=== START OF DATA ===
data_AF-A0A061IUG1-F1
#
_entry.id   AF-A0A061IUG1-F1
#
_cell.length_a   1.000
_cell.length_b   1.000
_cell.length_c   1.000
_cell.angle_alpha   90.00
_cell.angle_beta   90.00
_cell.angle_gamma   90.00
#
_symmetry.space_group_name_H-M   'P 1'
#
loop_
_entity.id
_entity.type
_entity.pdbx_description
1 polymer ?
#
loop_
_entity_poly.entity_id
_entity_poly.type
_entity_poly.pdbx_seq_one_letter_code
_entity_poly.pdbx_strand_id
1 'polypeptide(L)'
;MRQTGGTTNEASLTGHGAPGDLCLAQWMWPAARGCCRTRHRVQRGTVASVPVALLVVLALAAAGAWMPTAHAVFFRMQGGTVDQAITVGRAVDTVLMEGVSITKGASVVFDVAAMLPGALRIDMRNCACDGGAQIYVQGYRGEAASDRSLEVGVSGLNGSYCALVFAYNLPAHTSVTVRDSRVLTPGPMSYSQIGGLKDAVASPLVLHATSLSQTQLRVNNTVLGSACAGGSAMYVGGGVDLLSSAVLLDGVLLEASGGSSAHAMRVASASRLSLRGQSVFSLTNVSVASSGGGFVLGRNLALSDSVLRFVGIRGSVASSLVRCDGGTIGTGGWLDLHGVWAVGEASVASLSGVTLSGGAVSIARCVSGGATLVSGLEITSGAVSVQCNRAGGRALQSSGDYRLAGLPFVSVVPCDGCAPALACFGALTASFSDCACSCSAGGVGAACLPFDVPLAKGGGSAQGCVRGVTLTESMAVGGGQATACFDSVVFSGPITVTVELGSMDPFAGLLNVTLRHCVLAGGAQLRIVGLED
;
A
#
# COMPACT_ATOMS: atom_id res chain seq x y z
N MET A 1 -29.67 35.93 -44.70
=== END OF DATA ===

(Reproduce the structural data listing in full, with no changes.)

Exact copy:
data_AF-A0A061IUG1-F1
#
_entry.id   AF-A0A061IUG1-F1
#
_cell.length_a   1.000
_cell.length_b   1.000
_cell.length_c   1.000
_cell.angle_alpha   90.00
_cell.angle_beta   90.00
_cell.angle_gamma   90.00
#
_symmetry.space_group_name_H-M   'P 1'
#
loop_
_entity.id
_entity.type
_entity.pdbx_description
1 polymer ?
#
loop_
_entity_poly.entity_id
_entity_poly.type
_entity_poly.pdbx_seq_one_letter_code
_entity_poly.pdbx_strand_id
1 'polypeptide(L)'
;MRQTGGTTNEASLTGHGAPGDLCLAQWMWPAARGCCRTRHRVQRGTVASVPVALLVVLALAAAGAWMPTAHAVFFRMQGGTVDQAITVGRAVDTVLMEGVSITKGASVVFDVAAMLPGALRIDMRNCACDGGAQIYVQGYRGEAASDRSLEVGVSGLNGSYCALVFAYNLPAHTSVTVRDSRVLTPGPMSYSQIGGLKDAVASPLVLHATSLSQTQLRVNNTVLGSACAGGSAMYVGGGVDLLSSAVLLDGVLLEASGGSSAHAMRVASASRLSLRGQSVFSLTNVSVASSGGGFVLGRNLALSDSVLRFVGIRGSVASSLVRCDGGTIGTGGWLDLHGVWAVGEASVASLSGVTLSGGAVSIARCVSGGATLVSGLEITSGAVSVQCNRAGGRALQSSGDYRLAGLPFVSVVPCDGCAPALACFGALTASFSDCACSCSAGGVGAACLPFDVPLAKGGGSAQGCVRGVTLTESMAVGGGQATACFDSVVFSGPITVTVELGSMDPFAGLLNVTLRHCVLAGGAQLRIVGLED
;
A
#
# COMPACT_ATOMS: atom_id res chain seq x y z
N MET A 1 -29.67 35.93 -44.70